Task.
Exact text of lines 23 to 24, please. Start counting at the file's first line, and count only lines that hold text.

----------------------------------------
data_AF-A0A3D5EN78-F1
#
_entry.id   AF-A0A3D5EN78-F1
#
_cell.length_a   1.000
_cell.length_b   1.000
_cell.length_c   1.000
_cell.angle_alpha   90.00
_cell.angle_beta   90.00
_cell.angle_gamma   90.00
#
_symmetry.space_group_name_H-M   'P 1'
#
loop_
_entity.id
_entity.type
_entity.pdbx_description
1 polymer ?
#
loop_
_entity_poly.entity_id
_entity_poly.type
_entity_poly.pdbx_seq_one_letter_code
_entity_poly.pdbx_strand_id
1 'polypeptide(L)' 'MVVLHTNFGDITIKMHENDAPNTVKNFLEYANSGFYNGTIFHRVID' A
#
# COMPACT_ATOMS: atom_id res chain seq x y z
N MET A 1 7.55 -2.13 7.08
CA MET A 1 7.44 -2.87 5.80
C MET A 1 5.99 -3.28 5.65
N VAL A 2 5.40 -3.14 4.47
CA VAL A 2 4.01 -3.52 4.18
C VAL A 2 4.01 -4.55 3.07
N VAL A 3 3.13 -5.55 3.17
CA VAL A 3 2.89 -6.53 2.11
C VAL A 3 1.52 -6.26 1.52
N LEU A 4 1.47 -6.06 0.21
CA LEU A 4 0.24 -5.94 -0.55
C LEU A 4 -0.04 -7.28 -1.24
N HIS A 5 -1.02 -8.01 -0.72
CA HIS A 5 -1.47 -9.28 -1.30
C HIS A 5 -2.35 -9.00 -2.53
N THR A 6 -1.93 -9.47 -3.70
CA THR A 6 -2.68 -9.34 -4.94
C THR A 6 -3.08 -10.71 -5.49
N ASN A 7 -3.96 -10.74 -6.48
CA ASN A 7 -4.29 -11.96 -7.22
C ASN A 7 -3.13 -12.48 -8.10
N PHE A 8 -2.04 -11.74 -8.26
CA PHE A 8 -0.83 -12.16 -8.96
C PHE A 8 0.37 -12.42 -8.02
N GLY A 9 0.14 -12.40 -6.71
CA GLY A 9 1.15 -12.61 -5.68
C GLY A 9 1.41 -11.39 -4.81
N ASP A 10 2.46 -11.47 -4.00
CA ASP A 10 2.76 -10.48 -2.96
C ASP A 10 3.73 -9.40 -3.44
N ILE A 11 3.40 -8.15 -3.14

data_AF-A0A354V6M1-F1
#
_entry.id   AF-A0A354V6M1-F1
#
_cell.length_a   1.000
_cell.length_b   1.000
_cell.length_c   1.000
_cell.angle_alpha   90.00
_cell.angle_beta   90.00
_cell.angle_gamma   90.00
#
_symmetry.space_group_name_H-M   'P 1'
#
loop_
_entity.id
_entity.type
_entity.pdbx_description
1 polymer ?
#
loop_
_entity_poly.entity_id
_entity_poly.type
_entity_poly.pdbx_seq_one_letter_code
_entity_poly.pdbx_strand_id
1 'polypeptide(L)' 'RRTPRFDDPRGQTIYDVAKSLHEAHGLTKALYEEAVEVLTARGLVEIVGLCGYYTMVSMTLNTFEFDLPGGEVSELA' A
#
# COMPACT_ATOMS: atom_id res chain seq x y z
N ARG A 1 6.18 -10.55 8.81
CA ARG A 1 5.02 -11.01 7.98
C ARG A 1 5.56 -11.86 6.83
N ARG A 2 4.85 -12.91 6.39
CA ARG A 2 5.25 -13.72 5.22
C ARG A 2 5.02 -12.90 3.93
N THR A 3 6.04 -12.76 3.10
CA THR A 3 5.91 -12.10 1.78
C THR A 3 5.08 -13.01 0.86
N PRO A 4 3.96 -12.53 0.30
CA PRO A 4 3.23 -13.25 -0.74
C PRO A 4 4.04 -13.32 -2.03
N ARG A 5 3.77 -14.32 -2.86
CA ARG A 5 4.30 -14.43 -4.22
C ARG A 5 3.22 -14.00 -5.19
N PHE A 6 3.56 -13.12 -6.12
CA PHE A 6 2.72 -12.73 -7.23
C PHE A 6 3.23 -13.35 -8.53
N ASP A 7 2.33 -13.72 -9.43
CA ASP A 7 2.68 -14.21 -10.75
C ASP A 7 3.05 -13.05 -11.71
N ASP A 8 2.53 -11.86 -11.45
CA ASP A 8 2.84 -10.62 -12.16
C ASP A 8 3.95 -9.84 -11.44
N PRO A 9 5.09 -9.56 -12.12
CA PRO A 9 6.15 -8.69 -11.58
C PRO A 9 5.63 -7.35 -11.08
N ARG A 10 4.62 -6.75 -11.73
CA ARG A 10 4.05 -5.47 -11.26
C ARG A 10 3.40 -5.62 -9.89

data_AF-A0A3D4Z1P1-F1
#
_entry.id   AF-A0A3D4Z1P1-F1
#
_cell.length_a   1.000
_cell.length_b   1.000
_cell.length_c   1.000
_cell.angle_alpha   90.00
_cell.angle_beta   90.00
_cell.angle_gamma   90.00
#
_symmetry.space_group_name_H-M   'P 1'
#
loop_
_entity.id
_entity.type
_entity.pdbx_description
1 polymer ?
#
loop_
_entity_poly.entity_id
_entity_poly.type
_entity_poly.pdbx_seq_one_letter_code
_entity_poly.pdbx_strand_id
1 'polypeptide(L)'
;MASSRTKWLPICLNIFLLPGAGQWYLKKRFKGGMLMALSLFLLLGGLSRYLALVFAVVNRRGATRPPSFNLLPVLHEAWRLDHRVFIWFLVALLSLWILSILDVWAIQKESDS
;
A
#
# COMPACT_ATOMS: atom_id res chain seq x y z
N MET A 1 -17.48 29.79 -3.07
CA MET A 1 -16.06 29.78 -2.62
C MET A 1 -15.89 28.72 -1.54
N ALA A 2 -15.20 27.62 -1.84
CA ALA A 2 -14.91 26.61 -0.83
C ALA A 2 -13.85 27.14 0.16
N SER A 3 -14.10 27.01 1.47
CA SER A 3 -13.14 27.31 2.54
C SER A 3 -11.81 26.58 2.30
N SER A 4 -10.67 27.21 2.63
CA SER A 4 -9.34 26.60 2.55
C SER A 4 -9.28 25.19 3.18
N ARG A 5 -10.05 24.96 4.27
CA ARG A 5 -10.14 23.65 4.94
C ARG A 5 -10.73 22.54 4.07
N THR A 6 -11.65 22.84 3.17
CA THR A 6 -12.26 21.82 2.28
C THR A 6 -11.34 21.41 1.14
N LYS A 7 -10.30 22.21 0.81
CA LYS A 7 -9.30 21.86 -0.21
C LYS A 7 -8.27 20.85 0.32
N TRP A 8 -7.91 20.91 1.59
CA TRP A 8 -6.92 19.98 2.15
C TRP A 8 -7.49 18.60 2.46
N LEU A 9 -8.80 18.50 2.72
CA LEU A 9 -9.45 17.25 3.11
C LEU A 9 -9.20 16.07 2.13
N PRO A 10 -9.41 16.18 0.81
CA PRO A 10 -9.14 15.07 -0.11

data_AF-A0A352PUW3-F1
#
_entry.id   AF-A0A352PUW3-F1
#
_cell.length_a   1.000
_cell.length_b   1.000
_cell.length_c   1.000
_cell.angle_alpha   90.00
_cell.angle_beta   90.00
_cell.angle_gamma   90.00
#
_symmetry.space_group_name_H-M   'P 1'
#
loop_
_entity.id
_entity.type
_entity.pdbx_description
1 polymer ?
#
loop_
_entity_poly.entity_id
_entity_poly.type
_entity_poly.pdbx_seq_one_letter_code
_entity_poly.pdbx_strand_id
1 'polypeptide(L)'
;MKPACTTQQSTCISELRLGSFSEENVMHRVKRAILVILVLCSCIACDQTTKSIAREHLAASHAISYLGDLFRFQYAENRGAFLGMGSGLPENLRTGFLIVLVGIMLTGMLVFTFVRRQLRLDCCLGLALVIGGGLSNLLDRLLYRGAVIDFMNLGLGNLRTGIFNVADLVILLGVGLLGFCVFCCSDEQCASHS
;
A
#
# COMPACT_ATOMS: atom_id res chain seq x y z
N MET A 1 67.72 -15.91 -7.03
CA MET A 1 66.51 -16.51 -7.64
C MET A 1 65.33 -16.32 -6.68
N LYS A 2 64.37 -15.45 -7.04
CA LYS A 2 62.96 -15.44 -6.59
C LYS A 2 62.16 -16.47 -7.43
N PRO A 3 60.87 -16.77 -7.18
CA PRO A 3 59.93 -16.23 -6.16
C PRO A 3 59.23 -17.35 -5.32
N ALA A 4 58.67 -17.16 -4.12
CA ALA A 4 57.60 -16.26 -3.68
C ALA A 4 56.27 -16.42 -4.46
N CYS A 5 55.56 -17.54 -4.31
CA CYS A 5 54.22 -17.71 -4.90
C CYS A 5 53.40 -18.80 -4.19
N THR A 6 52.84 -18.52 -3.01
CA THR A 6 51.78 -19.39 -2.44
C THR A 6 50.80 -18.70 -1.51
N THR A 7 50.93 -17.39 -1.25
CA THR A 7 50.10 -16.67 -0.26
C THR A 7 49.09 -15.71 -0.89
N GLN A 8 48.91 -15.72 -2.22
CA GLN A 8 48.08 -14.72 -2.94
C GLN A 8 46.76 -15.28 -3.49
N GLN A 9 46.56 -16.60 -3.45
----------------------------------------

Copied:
_entity_poly.pdbx_seq_one_letter_code
_entity_poly.pdbx_strand_id